Bangalore: This is S.D. Shibulal’s first quarterly earnings announcement as the chief executive officer of Infosys Ltd after having taken over from Kris Gopalakrishnan.
The good numbers have put a smile on his face, and in an interview he reiterated his confidence in the company’s new strategic direction and what it’s looking for in the much-watched acquisition hunt. Edited excerpts:
The second quarter has always been strong, and after last year’s Q2, there was even a sense of elation that the slump was behind you when you posted double-digit, $100 million growth in Q2 last year. While numbers have been good this time too, if not as good, there is an element of caution.
Yes, the environment has changed again. In the US, the financial sector is still facing challenges and in the euro zone, there are crises. So we are cautious. But even in this environment, we have done well, with good volume growth and growth across verticals. Client spending is very different. They are spending in small pieces. There are delays in larger investments.
You are still confident of volume growth and have guided for it, but you don’t anticipate an impact in later quarters?
Our strategic direction, where we’re giving thrust to consulting, business transformation projects, and products and platforms, and emphasizing value and partnership with our clients, gives us a lot of confidence. Our “consulting revenue” is over 30%. (The industry standard is to report pure consulting, package implementation and system integration as “consulting revenue”, so we’ve started doing that from this quarter onwards.) In the medium to long term, we are very confident. (In the) short term, we might face challenges. Our guidance is based on the facts now as we see it.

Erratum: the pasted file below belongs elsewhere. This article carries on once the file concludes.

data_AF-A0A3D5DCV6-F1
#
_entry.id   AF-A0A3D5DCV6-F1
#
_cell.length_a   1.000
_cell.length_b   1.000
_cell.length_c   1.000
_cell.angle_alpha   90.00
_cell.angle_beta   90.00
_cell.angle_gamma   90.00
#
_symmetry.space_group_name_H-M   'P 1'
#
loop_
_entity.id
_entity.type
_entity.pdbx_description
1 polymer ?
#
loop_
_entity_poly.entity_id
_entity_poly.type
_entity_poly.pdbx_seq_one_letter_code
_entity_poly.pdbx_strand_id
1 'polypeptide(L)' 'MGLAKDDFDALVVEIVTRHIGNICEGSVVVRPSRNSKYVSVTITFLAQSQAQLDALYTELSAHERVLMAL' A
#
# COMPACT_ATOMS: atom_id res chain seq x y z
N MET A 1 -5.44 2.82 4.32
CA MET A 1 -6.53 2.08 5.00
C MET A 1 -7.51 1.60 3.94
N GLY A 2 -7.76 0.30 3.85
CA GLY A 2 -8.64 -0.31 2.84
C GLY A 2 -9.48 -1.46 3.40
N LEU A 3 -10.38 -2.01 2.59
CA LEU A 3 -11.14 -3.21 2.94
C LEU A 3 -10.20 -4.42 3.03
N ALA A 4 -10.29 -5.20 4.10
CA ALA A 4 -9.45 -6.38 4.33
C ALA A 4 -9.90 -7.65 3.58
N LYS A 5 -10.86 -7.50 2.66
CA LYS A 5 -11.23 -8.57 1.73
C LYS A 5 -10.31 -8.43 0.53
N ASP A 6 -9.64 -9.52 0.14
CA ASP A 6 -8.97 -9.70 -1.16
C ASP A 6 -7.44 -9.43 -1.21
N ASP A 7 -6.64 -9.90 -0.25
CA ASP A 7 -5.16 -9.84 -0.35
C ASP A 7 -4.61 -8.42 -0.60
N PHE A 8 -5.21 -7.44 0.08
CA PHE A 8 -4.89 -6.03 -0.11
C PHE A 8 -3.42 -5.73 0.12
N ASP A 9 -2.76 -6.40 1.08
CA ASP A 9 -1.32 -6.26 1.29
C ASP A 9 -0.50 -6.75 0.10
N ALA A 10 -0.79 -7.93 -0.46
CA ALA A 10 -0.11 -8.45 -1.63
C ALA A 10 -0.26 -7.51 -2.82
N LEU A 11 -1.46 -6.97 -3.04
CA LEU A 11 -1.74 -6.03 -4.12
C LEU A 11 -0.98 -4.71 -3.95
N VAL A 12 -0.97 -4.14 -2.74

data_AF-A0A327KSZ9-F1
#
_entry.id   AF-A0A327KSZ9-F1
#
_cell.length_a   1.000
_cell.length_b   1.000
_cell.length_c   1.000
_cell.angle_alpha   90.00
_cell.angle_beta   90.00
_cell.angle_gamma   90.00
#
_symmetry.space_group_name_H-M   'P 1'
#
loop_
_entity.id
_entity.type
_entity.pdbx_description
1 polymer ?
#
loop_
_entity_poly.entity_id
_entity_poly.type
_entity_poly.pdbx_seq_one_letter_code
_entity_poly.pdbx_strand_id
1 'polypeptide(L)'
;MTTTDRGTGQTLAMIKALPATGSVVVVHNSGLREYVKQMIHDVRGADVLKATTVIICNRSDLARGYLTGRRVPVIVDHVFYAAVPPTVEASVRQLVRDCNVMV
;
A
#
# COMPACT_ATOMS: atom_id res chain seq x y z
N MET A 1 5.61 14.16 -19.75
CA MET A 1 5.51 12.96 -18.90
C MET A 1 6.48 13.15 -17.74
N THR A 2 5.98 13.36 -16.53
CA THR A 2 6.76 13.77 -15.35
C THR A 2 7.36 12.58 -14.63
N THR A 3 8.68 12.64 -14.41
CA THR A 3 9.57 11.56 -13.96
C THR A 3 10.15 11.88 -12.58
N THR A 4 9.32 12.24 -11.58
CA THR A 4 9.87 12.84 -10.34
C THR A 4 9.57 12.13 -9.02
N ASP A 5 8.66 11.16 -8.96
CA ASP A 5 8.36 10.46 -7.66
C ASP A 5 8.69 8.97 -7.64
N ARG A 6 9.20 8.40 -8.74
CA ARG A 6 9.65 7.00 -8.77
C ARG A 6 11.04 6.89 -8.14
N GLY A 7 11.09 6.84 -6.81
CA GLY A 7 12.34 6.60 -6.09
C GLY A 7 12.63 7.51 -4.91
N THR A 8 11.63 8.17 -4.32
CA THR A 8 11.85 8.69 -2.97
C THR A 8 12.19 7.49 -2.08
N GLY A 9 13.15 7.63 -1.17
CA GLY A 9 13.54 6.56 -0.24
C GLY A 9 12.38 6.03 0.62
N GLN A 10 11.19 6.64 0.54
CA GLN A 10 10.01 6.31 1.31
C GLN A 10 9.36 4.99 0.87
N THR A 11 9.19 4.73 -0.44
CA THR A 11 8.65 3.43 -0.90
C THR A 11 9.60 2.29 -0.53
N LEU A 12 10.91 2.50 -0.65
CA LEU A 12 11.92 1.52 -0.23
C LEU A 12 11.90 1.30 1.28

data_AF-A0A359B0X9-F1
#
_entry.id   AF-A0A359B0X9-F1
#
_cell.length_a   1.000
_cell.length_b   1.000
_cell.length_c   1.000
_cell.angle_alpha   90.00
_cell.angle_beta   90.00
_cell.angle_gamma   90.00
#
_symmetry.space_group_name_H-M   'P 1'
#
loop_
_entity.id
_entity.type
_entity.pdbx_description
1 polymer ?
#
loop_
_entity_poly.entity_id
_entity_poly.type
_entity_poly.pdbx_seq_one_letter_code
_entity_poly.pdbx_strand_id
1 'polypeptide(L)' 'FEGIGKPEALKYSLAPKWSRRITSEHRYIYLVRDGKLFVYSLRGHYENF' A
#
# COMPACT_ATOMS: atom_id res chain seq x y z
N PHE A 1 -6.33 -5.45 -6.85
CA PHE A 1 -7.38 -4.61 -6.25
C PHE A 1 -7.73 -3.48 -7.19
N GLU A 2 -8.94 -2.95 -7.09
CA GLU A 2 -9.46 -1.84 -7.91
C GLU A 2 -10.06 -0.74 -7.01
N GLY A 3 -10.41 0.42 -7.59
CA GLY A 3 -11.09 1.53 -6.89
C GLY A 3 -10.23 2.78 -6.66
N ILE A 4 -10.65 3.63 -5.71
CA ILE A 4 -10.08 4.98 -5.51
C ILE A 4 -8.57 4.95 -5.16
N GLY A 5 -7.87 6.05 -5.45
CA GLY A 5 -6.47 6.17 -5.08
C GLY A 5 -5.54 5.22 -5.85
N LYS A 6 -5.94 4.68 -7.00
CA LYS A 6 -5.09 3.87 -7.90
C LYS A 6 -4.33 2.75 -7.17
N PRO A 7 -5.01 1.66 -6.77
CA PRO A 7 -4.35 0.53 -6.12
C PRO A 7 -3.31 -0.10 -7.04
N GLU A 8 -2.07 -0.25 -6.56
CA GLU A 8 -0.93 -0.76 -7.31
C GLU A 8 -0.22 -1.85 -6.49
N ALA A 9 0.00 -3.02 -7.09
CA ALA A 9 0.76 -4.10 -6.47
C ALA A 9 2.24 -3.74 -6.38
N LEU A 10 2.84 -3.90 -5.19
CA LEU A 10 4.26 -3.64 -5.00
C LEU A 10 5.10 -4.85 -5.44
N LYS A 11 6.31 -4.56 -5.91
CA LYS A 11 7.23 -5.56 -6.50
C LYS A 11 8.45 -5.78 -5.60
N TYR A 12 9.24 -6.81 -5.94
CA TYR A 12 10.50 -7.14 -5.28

You have indicated that you might make acquisitions in both consulting, and in products and platforms, where revenue is still under 8%. What are the key tests a potential acquisition has to pass before you think it is a strategic fit?
It has to be aligned to the strategic direction we have outlined. It must be synergistic. Then there must be a willingness to be acquired, we want the leadership to stay. We are not in the business of aggressive acquisitions. In the services business, for an acquisition to work, the people there must be committed. We are not in the business of taking over a broken company and trying to fix it. Then it must be in growth markets and be profitable. We are also looking at geographical gains when we make the acquisition.